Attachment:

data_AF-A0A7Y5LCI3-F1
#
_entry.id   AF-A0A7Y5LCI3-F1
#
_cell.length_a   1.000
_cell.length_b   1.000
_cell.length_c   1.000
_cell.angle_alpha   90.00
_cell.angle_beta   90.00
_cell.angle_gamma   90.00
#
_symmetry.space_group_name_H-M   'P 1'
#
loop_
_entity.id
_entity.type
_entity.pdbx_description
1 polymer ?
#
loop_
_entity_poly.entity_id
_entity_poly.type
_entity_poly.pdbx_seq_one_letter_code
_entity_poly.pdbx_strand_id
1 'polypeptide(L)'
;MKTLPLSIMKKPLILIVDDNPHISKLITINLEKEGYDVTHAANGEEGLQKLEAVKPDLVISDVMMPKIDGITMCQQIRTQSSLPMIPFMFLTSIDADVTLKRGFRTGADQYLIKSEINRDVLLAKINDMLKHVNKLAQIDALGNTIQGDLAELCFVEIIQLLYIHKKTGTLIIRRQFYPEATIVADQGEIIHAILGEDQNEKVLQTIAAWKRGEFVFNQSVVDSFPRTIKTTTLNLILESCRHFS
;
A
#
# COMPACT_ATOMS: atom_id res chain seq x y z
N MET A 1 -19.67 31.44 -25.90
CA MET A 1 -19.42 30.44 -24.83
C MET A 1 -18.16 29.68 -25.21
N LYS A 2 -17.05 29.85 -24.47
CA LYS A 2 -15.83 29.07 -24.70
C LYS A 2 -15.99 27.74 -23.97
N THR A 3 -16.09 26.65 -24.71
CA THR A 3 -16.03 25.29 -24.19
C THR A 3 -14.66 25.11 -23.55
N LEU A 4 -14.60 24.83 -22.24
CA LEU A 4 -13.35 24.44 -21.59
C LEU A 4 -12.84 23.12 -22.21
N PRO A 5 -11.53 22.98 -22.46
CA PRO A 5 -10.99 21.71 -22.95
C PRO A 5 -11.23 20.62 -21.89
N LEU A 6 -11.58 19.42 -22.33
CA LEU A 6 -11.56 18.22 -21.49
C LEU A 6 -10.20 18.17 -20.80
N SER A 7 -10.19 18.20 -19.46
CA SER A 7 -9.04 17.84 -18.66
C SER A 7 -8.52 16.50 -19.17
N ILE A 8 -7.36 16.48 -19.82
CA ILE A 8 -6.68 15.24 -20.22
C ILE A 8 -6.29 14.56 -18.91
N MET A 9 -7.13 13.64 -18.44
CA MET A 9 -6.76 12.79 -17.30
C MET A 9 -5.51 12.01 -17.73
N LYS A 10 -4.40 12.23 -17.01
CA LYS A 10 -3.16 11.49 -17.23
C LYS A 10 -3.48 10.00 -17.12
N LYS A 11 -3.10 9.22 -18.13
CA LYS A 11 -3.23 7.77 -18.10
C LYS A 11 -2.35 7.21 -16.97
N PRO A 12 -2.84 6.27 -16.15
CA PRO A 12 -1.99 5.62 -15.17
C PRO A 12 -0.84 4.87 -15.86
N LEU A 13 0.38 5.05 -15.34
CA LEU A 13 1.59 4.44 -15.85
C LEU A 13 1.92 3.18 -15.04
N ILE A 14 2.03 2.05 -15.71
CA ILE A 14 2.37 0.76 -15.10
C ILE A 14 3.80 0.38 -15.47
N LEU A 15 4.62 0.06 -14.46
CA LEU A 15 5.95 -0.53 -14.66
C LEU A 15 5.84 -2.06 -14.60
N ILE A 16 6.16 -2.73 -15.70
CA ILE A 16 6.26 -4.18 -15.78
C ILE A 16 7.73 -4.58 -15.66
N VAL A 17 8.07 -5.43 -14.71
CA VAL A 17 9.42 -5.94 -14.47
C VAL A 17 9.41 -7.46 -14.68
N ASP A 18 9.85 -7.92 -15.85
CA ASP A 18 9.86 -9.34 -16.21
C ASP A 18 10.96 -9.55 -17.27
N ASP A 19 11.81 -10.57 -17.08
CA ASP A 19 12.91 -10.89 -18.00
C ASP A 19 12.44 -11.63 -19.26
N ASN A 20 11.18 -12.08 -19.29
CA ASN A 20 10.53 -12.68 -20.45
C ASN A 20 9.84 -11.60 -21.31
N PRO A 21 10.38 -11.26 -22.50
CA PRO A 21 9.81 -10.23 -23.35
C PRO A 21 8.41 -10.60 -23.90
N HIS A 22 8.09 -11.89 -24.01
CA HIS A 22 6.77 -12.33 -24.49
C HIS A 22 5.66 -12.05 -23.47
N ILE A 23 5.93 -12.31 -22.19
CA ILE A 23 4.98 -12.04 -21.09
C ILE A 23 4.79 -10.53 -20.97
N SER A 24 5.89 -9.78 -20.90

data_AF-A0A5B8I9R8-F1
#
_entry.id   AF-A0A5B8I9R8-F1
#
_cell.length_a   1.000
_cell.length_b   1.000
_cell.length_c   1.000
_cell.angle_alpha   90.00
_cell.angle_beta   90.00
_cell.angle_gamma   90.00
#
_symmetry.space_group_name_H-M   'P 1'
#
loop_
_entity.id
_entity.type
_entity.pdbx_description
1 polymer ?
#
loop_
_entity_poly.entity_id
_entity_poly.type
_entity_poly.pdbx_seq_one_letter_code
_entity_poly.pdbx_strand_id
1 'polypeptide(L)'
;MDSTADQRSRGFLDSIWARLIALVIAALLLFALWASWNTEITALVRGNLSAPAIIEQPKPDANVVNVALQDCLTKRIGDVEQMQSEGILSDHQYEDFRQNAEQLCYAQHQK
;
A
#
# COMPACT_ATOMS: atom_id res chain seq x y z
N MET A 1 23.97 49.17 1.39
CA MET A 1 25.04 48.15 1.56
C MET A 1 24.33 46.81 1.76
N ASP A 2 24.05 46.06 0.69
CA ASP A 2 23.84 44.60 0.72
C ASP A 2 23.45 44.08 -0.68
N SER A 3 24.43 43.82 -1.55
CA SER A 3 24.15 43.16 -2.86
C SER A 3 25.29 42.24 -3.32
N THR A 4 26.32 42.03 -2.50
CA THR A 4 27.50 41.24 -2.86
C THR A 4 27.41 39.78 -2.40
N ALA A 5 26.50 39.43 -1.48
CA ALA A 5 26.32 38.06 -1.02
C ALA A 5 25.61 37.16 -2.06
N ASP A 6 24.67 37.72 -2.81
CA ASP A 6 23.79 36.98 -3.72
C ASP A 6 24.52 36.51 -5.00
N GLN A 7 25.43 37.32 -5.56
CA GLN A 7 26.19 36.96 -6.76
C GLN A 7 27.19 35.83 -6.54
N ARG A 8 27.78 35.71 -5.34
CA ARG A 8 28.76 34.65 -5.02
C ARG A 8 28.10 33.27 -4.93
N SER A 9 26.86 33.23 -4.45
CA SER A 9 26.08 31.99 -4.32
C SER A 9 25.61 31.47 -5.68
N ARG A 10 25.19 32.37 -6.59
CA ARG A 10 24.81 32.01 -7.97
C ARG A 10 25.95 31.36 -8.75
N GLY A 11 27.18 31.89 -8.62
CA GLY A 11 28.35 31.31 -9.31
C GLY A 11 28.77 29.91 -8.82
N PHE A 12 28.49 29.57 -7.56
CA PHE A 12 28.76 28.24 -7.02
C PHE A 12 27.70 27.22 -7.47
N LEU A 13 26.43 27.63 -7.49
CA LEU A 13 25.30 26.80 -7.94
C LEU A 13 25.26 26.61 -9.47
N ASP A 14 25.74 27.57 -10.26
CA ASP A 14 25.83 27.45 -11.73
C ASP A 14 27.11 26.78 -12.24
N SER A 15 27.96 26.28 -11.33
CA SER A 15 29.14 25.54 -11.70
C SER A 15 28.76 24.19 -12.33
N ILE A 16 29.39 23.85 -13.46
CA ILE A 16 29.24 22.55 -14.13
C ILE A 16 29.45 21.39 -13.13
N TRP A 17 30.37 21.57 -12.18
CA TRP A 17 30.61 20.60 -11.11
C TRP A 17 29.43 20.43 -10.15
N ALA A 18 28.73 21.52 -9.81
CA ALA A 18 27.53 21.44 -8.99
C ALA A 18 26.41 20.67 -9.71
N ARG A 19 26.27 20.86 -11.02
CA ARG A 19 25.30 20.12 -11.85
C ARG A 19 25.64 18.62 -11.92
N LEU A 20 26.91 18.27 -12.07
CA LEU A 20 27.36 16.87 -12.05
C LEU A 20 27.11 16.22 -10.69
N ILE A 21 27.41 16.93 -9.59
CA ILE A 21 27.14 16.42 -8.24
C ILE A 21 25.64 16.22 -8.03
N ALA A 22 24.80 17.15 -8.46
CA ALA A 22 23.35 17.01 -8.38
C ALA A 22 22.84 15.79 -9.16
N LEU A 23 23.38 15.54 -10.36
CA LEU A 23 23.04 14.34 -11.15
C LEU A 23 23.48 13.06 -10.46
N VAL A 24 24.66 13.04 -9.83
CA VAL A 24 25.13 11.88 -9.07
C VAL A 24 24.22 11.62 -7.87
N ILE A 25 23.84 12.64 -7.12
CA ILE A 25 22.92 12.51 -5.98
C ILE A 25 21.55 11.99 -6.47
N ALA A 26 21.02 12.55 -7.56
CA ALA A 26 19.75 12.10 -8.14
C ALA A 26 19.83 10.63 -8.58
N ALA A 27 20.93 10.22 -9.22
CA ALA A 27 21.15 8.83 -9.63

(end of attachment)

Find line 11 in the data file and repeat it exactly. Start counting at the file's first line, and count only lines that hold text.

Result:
#